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By Nic Faulks, Sep 12 2018 06:33PM

The last Bat Care Bulletin – Number 72 (September 2018) landed in my inbox a couple of weeks ago; on reading it, I realised there was a very familiar story, a call out on our turf, concerning a brown long eared bat and Sam Talbot. So reproduced below, for all to read, is the story as written by Sam!

Kielder Water & Forest Park is a popular tourist spot to get away from it all. It's a very rural and remote area that has excellent bat habitat, with square miles of woodland and wetland. The Campaign to Protect Rural England (CPRE) say the star-studded skies above Kielder are the darkest in England, so they're perfect for brown long-eared. The quantities and ferocity of midges in that area of the world are legendary. The only limiting factor to exponential population growth of bat species there is roost space (as the area is mostly plantation wood and there are very few structures). Barry the bat, as named by the workers who found her, thought she had found a perfect spot in a rusty Portakabin. Which it was ... right until it was relocated to the banks of the Tyne at Newcastle Business Park, fifty miles away!

The irony is most people from Newcastle have at some point taken a holiday to Kielder and stayed in temporary accommodation such as a lodge or Portakabin. Barry (or should it be Barri?) just did it the other way round! She is entirely fine and is going back home tonight, having spent 2 days resting up and eating waxworms in a box in my dining room.

By Nic Faulks, Aug 29 2018 07:06PM

On Sunday 5th August we trapped and fitted a tracking tag to a juvenile male Nathusius pipistrelle and were hopeful that we would be able to locate a roost but despite dedicating over 80 hours, between an enthusiastic team of volunteers; covering the whole of the Druridge Bay area from Shilbottle right down to Newbiggin, and being fooled by 8 electric fences, 2 pumping stations and numerous house alarms we were disappointed not to locate the day roost. The bat was located foraging over Cresswell Pond for the first two nights but then not heard again. It is possible that the tag failed prematurely or that the bat just left the area.

It has been an unpredictable year with the prolonged cold weather into late Spring and because of this we were unable to do much trapping before stopping for the maternity season break. We have monitored both of the sites where previously Nathusius pipistrelle colonies have formed during the summer but neither of them have had Nathusius using them this year; temperature data and remote detector data from the coast roost will be analysed and compared with last year's data to see if any conclusions can be drawn as to why this might have been.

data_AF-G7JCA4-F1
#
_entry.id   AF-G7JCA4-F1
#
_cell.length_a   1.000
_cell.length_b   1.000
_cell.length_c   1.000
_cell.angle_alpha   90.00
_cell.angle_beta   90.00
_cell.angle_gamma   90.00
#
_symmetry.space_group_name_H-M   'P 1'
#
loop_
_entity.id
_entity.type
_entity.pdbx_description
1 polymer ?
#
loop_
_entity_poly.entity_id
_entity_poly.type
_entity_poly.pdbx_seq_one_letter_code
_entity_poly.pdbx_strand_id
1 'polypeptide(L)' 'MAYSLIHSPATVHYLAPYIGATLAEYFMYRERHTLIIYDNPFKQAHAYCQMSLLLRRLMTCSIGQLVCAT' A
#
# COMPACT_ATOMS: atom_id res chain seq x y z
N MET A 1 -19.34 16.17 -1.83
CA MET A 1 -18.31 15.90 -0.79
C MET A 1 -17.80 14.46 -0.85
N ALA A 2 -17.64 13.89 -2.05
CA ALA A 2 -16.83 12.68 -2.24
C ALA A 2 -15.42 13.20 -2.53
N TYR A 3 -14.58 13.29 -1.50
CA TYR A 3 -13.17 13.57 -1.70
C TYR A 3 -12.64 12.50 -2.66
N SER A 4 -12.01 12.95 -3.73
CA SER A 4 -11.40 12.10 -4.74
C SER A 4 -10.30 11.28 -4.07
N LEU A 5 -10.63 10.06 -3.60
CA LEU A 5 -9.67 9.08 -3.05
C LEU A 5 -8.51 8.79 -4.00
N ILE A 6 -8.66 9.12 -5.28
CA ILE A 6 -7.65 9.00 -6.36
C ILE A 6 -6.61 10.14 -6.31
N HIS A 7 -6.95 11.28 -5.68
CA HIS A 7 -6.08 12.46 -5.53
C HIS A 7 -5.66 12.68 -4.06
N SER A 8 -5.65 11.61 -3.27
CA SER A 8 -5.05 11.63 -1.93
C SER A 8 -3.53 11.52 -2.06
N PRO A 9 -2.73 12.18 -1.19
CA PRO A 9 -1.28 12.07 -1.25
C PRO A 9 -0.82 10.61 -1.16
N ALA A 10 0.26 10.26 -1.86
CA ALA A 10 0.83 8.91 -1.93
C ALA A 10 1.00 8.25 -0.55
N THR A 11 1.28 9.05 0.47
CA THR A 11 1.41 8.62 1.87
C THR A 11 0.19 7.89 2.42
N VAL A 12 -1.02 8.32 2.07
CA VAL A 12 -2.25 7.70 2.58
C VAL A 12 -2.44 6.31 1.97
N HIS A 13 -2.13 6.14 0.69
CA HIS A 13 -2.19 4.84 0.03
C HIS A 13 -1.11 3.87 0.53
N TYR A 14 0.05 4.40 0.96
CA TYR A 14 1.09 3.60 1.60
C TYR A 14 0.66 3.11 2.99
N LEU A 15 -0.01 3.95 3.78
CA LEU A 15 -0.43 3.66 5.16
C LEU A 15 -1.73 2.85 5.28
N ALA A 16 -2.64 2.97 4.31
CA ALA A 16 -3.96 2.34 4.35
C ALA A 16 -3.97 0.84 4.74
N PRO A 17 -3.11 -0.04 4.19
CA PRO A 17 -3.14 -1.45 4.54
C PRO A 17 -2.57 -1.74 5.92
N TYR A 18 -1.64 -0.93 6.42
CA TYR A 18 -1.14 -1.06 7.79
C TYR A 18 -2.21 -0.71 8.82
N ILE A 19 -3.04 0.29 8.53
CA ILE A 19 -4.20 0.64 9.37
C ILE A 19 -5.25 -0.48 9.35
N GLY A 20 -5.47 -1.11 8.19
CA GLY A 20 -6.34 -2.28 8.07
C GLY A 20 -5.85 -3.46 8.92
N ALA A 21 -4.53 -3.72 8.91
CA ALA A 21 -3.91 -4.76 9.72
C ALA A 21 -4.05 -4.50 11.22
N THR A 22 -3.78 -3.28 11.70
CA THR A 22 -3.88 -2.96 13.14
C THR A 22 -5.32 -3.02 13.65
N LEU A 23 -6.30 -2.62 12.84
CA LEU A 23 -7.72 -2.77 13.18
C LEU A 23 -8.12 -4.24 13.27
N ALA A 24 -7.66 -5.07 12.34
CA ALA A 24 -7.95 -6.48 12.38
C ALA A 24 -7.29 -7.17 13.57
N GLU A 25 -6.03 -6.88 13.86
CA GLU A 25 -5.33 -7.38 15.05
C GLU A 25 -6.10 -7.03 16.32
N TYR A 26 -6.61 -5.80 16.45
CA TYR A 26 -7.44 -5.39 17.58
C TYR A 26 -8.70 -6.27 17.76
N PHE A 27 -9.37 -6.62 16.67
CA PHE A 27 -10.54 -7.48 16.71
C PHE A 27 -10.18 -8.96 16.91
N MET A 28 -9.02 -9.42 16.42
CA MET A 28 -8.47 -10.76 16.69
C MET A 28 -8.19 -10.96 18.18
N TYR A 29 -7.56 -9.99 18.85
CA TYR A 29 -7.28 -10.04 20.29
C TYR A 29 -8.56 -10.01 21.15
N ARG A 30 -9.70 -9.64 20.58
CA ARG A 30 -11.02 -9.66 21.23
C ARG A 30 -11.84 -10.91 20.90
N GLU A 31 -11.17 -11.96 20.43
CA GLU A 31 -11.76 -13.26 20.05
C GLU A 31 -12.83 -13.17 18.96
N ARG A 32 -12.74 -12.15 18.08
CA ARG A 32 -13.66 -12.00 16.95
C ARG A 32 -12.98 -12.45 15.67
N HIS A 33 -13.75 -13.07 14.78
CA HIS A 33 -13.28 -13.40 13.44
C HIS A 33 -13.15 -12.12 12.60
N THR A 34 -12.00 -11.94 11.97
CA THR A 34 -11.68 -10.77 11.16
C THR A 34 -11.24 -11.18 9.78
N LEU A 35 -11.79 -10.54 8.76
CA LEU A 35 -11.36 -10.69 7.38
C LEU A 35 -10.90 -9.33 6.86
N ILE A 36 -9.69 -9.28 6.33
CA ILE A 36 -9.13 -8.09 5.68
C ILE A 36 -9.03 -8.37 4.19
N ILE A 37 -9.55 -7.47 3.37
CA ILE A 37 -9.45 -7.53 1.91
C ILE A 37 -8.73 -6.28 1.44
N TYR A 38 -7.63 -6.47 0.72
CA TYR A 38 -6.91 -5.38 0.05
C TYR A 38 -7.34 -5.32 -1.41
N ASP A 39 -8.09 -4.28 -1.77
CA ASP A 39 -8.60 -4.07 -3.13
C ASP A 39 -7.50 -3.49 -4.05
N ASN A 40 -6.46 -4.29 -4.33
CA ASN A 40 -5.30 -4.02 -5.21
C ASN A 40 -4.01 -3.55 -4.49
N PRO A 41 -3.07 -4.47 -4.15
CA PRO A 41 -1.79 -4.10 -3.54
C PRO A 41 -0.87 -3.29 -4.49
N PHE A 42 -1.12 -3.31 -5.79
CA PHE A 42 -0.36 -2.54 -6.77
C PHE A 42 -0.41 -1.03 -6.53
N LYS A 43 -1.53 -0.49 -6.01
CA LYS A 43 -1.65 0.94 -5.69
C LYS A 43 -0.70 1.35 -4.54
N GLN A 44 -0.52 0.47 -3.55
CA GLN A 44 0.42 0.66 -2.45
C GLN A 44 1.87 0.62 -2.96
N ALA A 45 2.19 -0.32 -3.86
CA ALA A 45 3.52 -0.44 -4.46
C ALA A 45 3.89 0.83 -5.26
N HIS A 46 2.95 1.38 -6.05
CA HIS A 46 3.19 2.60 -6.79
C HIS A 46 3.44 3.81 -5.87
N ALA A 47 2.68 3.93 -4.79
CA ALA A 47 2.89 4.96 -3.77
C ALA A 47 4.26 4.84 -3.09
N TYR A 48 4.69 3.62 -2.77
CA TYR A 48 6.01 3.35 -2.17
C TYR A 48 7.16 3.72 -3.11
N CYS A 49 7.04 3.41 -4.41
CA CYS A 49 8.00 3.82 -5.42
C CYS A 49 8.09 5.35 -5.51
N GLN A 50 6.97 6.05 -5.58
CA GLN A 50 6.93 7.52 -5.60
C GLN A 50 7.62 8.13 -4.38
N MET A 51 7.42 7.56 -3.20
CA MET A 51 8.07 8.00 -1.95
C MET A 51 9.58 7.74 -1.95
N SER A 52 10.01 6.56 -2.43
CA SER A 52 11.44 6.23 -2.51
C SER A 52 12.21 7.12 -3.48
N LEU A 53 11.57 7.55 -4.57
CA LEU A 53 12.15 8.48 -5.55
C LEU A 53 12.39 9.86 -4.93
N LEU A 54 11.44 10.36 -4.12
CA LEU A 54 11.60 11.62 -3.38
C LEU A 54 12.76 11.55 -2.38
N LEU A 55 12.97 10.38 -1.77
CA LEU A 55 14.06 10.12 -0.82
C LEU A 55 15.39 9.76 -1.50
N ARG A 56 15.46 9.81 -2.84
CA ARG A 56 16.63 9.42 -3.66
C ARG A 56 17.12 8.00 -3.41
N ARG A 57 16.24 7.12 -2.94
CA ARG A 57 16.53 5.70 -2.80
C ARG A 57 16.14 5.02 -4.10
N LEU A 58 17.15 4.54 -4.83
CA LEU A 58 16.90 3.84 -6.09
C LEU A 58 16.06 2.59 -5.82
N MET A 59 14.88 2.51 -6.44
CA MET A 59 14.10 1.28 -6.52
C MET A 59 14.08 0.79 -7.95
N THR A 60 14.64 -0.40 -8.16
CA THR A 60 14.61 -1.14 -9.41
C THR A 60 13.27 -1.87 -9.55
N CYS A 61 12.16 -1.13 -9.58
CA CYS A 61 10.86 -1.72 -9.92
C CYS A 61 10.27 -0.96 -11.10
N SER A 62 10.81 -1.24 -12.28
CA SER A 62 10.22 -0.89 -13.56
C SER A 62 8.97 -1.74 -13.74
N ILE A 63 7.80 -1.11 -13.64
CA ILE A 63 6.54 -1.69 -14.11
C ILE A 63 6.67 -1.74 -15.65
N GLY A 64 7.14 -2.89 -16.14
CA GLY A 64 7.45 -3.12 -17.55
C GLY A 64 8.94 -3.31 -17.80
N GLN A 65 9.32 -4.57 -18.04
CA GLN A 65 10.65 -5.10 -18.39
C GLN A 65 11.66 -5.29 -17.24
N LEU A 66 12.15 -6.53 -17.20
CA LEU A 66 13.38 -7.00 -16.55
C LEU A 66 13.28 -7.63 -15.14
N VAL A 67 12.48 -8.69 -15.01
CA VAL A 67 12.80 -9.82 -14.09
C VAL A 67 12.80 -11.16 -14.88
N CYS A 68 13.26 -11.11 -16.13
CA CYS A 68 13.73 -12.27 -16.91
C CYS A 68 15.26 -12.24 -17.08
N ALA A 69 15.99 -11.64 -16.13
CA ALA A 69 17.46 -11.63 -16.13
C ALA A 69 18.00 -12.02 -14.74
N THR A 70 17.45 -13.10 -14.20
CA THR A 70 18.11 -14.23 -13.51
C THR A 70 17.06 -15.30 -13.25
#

The more encouraging news is that the coast "mating roost" is active and a male was recorded last night trying to attract females to his roost.

We are planning to carry out some more trapping sessions during the next few weeks concentrating primarily on migration. Proposed dates are:

Mon 3rd Sept

Fri 21st Sept

Sun 23rd Sept

Please let me (Hazel) know if you would like to help out on any of the above occasions. You can use the contact form on this website, or email me directly if you have my email address. Sites, depending on weather and access, will include Ladyburn Lake, River Wansbeck, Bolam Lake, Gosforth Park NR and QEII Country Park.

By Nic Faulks, Aug 15 2018 08:33PM

Sometimes you get lucky and get a roost visit close to home where you can build up a relationship over the years.

Somewhere near Rothbury, in an old house, a very nice roost owner with an excellent sense of humour reported bats in the kitchen regularly throughout the summer. I first went out under the roost visit scheme at the end of August 2016. The roost was obvious – droppings covered the walls of a small extension, and were noticeable inside around the loft hatch.

A long dark urine stain went down one kitchen wall.

We agreed to keep an eye on the situation and try to clean out the worst of the build up of droppings over the winter.

Nearly a year went by and then last Summer the bats were back and regularly joining the family for supper, including one night sitting on the roost owner’s husband’s shoulder whilst he ate.